Conference Paper

Tool support for data validation by end-user programmers

DOI: 10.1145/1368088.1368226 Conference: 30th International Conference on Software Engineering (ICSE 2008), Leipzig, Germany, May 10-18, 2008
Source: DBLP


End-user programming tools for creating spreadsheets and webforms offer no data types except "string" for storing many kinds of data, such as person names and street addresses. Consequently, these tools cannot automatically validate these data. To address this problem, we have developed a new userextensible model for string-like data. Each "tope" in this model is a user-defined abstraction that guides the interpretation of strings as a particular kind of data, such as a mailing address. Specifically, each tope implementation contains software functions for recognizing and reformatting that tope's kind of data. With our tools, end-user programmers define new topes and associate them with fields in spreadsheets, webforms, and other programs. This makes it possible at runtime to distinguish between invalid data, valid data, and questionable data that could be valid or invalid. Once identified, questionable and/or invalid data can be double-checked and possibly corrected, thereby increasing the overall reliability of the data.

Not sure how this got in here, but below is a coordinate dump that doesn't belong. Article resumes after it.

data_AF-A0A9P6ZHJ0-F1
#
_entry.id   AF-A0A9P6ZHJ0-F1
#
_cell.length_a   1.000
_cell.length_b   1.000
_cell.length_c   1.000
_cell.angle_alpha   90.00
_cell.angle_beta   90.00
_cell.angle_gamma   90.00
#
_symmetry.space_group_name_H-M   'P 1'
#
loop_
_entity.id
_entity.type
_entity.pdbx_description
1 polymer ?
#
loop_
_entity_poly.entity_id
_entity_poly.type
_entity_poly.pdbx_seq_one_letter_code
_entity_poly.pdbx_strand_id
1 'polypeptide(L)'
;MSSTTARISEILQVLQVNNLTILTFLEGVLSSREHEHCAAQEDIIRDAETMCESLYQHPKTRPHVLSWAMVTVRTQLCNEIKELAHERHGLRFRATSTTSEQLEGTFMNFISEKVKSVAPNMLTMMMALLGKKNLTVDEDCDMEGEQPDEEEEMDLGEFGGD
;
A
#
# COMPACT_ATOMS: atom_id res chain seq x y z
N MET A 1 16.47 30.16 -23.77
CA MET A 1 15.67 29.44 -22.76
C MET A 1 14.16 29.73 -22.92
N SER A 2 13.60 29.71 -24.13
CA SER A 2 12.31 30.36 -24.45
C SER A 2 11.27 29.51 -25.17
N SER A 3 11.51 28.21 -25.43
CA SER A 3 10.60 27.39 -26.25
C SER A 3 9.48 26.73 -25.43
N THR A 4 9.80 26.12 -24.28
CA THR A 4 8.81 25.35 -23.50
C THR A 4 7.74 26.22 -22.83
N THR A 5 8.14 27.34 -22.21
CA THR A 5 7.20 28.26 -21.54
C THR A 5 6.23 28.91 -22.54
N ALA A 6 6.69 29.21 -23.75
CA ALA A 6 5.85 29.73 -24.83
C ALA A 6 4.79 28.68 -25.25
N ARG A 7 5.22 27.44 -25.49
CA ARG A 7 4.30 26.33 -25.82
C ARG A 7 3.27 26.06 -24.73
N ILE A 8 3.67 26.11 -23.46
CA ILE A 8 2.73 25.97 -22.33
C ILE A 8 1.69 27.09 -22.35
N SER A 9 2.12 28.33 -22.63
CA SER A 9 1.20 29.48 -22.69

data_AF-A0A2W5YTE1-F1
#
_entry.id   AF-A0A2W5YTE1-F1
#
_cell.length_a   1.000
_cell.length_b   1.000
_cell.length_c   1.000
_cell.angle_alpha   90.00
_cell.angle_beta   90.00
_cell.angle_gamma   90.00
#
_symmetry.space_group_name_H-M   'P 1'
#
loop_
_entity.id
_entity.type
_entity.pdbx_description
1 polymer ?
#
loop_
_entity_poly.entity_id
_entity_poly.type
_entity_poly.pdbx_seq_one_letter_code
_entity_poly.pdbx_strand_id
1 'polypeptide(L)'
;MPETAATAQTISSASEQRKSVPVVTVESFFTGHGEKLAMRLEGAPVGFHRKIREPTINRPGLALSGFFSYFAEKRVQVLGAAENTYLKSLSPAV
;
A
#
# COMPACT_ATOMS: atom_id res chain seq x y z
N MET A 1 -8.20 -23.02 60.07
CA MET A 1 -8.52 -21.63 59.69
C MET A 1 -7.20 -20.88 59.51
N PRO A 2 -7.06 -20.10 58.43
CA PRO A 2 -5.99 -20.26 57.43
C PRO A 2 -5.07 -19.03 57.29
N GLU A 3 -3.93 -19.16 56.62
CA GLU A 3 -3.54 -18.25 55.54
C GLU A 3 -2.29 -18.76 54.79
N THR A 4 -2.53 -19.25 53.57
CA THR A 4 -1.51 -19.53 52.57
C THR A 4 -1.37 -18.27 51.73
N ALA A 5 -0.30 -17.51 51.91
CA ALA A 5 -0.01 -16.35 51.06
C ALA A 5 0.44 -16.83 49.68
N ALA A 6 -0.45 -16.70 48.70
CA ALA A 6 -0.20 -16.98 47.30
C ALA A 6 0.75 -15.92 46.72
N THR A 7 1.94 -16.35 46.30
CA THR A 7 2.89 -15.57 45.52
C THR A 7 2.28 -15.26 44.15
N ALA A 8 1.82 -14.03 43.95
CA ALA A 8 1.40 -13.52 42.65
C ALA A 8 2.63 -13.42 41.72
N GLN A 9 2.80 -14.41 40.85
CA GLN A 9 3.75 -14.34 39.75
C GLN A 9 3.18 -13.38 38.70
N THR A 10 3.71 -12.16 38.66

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Available from: Brad A. Myers
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    ABSTRACT: Ultra-Large Scale (ULS) systems comprise numerous software ele-ments designed and implemented by independent stakeholders whose requirements may vary widely. Consequently, elements in a ULS system may use different data formats, which complicates inte-gration of elements. Writing code to robustly convert data from one format to another requires time and skills that some programmers may lack. Worse, the stakeholders who control a software element may change the element's data format at any point in the future without warning, causing format incompatibility not foreseen during the ULS system's construction. To address heterogeneity of data formats, we present a new abstrac-tion called "topes". Each tope describes one kind of data, including known formats of that data and rules for transforming values among formats. Labeling the inputs and outputs of software elements with topes raises the level of abstraction so that elements produce and consume certain kinds of data, rather than particular formats.
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